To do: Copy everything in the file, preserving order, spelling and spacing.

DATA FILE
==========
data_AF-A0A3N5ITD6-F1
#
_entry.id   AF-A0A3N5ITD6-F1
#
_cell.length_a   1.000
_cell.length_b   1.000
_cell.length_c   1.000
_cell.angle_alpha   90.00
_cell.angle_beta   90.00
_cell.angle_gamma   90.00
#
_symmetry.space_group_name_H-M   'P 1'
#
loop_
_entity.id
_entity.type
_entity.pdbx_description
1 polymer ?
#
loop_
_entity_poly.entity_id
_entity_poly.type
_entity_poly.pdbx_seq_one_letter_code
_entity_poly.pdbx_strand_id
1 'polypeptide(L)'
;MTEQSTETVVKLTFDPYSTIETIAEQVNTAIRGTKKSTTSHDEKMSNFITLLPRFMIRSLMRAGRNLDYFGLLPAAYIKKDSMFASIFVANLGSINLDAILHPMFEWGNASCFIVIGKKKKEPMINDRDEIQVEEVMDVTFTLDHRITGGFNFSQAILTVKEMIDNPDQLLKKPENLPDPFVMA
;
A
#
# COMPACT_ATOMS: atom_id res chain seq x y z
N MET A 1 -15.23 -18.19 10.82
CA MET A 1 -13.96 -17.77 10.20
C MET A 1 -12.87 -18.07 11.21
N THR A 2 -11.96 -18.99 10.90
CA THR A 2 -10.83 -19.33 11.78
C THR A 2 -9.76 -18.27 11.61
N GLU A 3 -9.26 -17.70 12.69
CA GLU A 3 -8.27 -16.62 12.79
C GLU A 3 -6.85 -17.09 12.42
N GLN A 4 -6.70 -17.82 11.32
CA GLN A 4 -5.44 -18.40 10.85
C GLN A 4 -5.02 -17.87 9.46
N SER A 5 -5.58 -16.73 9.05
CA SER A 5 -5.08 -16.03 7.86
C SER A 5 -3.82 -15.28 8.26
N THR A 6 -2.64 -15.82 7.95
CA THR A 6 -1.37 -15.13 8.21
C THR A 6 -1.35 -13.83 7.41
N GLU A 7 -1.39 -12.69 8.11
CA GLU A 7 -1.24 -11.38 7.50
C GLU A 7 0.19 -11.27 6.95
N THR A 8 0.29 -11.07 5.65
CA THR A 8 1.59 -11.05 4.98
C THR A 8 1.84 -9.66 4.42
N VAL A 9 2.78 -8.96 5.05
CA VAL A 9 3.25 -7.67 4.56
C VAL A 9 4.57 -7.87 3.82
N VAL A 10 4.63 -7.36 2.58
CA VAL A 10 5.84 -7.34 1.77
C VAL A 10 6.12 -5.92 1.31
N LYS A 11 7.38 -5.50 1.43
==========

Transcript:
data_AF-A0A3N5ITD6-F1
#
_entry.id   AF-A0A3N5ITD6-F1
#
_cell.length_a   1.000
_cell.length_b   1.000
_cell.length_c   1.000
_cell.angle_alpha   90.00
_cell.angle_beta   90.00
_cell.angle_gamma   90.00
#
_symmetry.space_group_name_H-M   'P 1'
#
loop_
_entity.id
_entity.type
_entity.pdbx_description
1 polymer ?
#
loop_
_entity_poly.entity_id
_entity_poly.type
_entity_poly.pdbx_seq_one_letter_code
_entity_poly.pdbx_strand_id
1 'polypeptide(L)'
;MTEQSTETVVKLTFDPYSTIETIAEQVNTAIRGTKKSTTSHDEKMSNFITLLPRFMIRSLMRAGRNLDYFGLLPAAYIKKDSMFASIFVANLGSINLDAILHPMFEWGNASCFIVIGKKKKEPMINDRDEIQVEEVMDVTFTLDHRITGGFNFSQAILTVKEMIDNPDQLLKKPENLPDPFVMA
;
A
#
# COMPACT_ATOMS: atom_id res chain seq x y z
N MET A 1 -15.23 -18.19 10.82
CA MET A 1 -13.96 -17.77 10.20
C MET A 1 -12.87 -18.07 11.21
N THR A 2 -11.96 -18.99 10.90
CA THR A 2 -10.83 -19.33 11.78
C THR A 2 -9.76 -18.27 11.61
N GLU A 3 -9.26 -17.70 12.69
CA GLU A 3 -8.27 -16.62 12.79
C GLU A 3 -6.85 -17.09 12.42
N GLN A 4 -6.70 -17.82 11.32
CA GLN A 4 -5.44 -18.40 10.85
C GLN A 4 -5.02 -17.87 9.46
N SER A 5 -5.58 -16.73 9.05
CA SER A 5 -5.08 -16.03 7.86
C SER A 5 -3.82 -15.28 8.26
N THR A 6 -2.64 -15.82 7.95
CA THR A 6 -1.37 -15.13 8.21
C THR A 6 -1.35 -13.83 7.41
N GLU A 7 -1.39 -12.69 8.11
CA GLU A 7 -1.24 -11.38 7.50
C GLU A 7 0.19 -11.27 6.95
N THR A 8 0.29 -11.07 5.65
CA THR A 8 1.59 -11.05 4.98
C THR A 8 1.84 -9.66 4.42
N VAL A 9 2.78 -8.96 5.05
CA VAL A 9 3.25 -7.67 4.56
C VAL A 9 4.57 -7.87 3.82
N VAL A 10 4.63 -7.36 2.58
CA VAL A 10 5.84 -7.34 1.77
C VAL A 10 6.12 -5.92 1.31
N LYS A 11 7.38 -5.50 1.43